Considering trees for carbon offsetting

Kathryn Fraser

Creating integrity in your Carbon Assets

When considering carbon offsetting and the management of those assets, you need to ensure integrity in the scheme that you choose. You need to ensure creditability to consider the long-term effects of that carbon offsetting project, and it’s in your economic interest to do so. Consider the whole natural capital approach and look to soils, biodiversity and water and ensure that you don’t lose out in the gold rush.

Trees are often heralded as the ideal solution to climate change and carbon sequestration. Planting trees without consideration to things such as unnatural densities or monocultures of even-aged straight lines or on previously unforested and often unsuitable land, could cause more harm than good. There may be degradation of blanket bog, increased forest fire risks, displacement of native species or soil degradation.

Trees are incredible organisms, sequestering carbon and holding onto it in their woody bark for decades, perhaps centuries, a large tree can sequester up to 40kg of carbon a year. However, they are not the only thing that will do so. Other habitats such as saltmarshes, peat bogs and wildflower meadows can also do the same, holding carbon in the sediment layers but they are often overlooked as solutions. Peat bogs are especially important, locking carbon away for millennia in some cases.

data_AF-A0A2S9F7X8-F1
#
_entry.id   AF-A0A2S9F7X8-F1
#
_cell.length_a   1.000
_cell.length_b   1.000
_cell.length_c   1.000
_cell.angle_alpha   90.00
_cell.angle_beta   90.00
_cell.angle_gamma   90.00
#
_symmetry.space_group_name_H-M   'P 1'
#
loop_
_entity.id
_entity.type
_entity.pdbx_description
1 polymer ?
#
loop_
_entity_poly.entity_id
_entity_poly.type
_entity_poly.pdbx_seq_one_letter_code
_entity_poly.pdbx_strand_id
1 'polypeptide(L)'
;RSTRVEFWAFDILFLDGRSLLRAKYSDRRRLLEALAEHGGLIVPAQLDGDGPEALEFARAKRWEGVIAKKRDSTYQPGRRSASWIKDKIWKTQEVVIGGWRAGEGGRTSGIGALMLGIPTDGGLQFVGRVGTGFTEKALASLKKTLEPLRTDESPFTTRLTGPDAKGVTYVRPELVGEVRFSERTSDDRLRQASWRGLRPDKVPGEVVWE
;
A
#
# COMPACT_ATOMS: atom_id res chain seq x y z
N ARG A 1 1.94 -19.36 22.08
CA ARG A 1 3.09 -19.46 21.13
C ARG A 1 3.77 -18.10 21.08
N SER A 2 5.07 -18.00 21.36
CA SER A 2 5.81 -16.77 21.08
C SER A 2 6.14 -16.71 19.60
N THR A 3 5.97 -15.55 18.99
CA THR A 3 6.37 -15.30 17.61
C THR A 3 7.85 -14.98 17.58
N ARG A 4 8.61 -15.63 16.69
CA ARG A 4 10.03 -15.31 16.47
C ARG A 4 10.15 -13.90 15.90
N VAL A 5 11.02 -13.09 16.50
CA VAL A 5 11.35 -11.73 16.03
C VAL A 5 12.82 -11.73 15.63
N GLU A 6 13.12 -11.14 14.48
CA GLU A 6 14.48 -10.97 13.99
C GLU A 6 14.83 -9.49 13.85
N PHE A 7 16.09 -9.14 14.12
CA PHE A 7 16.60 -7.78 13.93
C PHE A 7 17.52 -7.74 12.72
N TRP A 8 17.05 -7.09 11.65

Heterogeneity is key, both by having a mosaic of habitats doing their own bit but also heterogeneity within the structure of forests with different ages and species of native tree present throughout, allowing the forest to function as an ecosystem and not just as a crop.

Planting trees in some areas may cause more harmful gas emissions and degrade land resulting in the amplification of the climate breakdown. Planting vast swathes of even-aged monoculture forest can damage land through removal of water, loss of nutrients from bad drainage, as well as displacement of species that should inhabit the area, reducing biodiversity overall. Even-aged grid structures can also increase fire risks, something that must be avoided in a climate that threatens more fires year on year and something which will cause mass carbon release.

All the above issues have been seen in Scotland, one such example is seen in the Flow Country in the North West of Scotland. In the 1970s, detrimental commercial tree planting on peat bogs due to tax breaks led to blanket bogs devoid of water, which dried out the peat. The consequent nutrient run off from erosion and the loss of dissolved organic carbon as well as carbon sequestration benefits of blanket peat bog have led to a lot of previously locked carbon being released - the opposite of what a blanket bog should be achieving.

Choosing forestry as a crop for carbon offsetting should consider all of the above aspects, as well as the long term use for the crop. Very recently there has been the shift to a Natural Capital approach to agriculture and by giving proper consideration from the outset, better management and indeed gain from carbon and biodiversity assets can be achieved. It is likely other carbon codes, aside from peatland and forestry, will open up more revenue streams in carbon financing in the future. In our view, consulting experts at the start of a Natural Capital project will ensure you maximize your assets and stay ahead of the game in this rapidly moving market. If you have a Natural Capital project, get the experts onboard and speak to a member of the Nevis team -after all it's in our nature

Peatland, Climate Change, Carbon offsetting, Carbon codes, Natural Capital